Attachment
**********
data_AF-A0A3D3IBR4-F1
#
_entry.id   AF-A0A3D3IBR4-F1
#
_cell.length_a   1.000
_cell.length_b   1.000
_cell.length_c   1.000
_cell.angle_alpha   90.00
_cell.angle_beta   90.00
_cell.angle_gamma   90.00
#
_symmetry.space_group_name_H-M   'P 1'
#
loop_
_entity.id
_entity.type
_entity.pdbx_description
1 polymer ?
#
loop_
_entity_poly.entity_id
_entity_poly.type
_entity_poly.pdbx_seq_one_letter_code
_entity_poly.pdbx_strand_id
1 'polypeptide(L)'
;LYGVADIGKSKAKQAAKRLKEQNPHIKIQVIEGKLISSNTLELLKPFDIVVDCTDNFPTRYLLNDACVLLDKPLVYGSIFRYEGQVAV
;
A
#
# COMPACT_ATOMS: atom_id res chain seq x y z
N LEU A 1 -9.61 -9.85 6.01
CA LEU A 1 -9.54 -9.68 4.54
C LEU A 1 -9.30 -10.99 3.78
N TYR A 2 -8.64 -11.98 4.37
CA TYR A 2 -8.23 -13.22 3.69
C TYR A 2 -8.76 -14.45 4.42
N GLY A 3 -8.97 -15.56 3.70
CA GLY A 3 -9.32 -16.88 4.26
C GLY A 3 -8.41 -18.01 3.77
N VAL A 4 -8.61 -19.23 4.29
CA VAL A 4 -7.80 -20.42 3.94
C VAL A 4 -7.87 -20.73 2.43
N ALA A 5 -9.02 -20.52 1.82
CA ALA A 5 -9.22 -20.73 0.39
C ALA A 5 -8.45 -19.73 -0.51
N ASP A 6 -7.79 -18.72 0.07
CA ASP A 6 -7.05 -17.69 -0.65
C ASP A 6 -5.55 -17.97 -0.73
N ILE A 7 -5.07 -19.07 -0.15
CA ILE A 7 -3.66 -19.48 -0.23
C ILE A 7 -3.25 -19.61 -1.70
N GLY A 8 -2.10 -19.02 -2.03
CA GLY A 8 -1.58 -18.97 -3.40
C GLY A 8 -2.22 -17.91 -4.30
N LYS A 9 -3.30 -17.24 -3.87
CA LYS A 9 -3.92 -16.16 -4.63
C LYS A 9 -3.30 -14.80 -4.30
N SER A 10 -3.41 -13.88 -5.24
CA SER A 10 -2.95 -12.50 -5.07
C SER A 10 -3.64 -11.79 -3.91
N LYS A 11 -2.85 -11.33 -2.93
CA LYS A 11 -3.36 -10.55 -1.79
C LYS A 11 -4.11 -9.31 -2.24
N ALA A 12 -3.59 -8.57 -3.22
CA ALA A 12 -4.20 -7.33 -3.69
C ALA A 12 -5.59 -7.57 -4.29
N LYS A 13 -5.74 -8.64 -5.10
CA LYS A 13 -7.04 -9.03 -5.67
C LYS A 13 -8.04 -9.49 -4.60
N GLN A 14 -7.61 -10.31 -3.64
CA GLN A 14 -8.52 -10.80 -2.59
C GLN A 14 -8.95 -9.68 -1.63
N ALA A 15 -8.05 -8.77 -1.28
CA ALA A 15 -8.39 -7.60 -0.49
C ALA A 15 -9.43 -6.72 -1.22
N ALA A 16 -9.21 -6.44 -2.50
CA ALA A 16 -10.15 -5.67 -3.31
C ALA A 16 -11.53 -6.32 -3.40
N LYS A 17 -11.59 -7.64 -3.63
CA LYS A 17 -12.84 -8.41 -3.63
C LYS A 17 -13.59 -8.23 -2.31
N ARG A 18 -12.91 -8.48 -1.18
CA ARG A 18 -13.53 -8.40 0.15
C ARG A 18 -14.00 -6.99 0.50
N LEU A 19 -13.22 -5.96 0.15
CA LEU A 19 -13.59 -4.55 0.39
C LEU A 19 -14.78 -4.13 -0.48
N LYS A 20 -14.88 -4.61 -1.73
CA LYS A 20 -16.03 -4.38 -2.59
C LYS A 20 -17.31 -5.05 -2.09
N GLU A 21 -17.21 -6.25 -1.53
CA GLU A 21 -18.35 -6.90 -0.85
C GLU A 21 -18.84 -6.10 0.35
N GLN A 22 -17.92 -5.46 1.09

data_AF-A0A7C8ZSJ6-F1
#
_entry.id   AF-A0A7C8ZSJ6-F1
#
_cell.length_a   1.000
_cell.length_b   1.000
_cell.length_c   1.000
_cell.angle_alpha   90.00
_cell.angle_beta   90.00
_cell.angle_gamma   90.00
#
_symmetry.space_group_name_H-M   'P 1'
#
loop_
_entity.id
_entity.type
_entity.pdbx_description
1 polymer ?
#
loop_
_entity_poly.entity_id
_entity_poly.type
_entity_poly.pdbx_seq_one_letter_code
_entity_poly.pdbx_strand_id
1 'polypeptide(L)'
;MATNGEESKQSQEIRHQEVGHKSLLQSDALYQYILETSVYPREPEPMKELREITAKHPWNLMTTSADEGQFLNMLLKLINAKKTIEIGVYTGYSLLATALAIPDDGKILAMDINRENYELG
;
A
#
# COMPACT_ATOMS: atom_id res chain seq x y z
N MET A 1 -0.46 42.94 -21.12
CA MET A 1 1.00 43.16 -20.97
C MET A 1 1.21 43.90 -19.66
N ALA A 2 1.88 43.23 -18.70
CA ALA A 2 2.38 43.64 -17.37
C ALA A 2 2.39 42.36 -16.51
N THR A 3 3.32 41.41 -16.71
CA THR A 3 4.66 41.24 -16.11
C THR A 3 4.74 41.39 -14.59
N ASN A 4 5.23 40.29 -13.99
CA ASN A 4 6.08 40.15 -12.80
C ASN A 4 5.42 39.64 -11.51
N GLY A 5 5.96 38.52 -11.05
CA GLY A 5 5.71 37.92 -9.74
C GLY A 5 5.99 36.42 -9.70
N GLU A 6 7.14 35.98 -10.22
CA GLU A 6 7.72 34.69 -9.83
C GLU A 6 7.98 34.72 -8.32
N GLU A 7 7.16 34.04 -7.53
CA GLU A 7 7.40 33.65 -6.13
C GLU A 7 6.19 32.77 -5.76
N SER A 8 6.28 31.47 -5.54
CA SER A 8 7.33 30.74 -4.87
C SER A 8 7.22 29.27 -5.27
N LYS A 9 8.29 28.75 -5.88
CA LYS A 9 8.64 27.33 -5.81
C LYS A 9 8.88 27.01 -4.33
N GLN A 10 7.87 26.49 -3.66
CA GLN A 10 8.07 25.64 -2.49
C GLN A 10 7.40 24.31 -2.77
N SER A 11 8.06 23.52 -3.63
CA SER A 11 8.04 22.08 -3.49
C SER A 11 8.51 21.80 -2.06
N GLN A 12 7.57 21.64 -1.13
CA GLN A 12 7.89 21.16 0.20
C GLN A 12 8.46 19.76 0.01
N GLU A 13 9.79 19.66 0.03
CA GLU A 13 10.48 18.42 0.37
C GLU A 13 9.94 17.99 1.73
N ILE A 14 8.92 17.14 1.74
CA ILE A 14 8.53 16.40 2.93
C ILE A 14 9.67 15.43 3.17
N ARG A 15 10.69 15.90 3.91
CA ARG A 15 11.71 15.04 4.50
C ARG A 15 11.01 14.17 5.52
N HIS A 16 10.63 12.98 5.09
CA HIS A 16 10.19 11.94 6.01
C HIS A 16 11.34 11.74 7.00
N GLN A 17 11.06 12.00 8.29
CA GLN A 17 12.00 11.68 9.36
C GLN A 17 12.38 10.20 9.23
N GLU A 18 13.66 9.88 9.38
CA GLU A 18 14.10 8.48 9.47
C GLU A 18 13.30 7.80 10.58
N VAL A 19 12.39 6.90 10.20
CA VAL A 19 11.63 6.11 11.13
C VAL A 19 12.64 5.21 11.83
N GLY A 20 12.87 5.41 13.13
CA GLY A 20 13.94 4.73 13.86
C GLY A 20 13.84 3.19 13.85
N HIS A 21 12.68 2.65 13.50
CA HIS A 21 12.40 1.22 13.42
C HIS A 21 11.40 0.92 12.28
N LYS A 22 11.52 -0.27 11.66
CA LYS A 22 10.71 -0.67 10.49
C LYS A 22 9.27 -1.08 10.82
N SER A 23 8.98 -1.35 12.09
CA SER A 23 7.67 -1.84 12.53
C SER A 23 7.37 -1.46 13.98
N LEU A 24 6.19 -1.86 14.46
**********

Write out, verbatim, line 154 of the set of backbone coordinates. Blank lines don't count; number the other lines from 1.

C GLN A 10 7.40 24.31 -2.77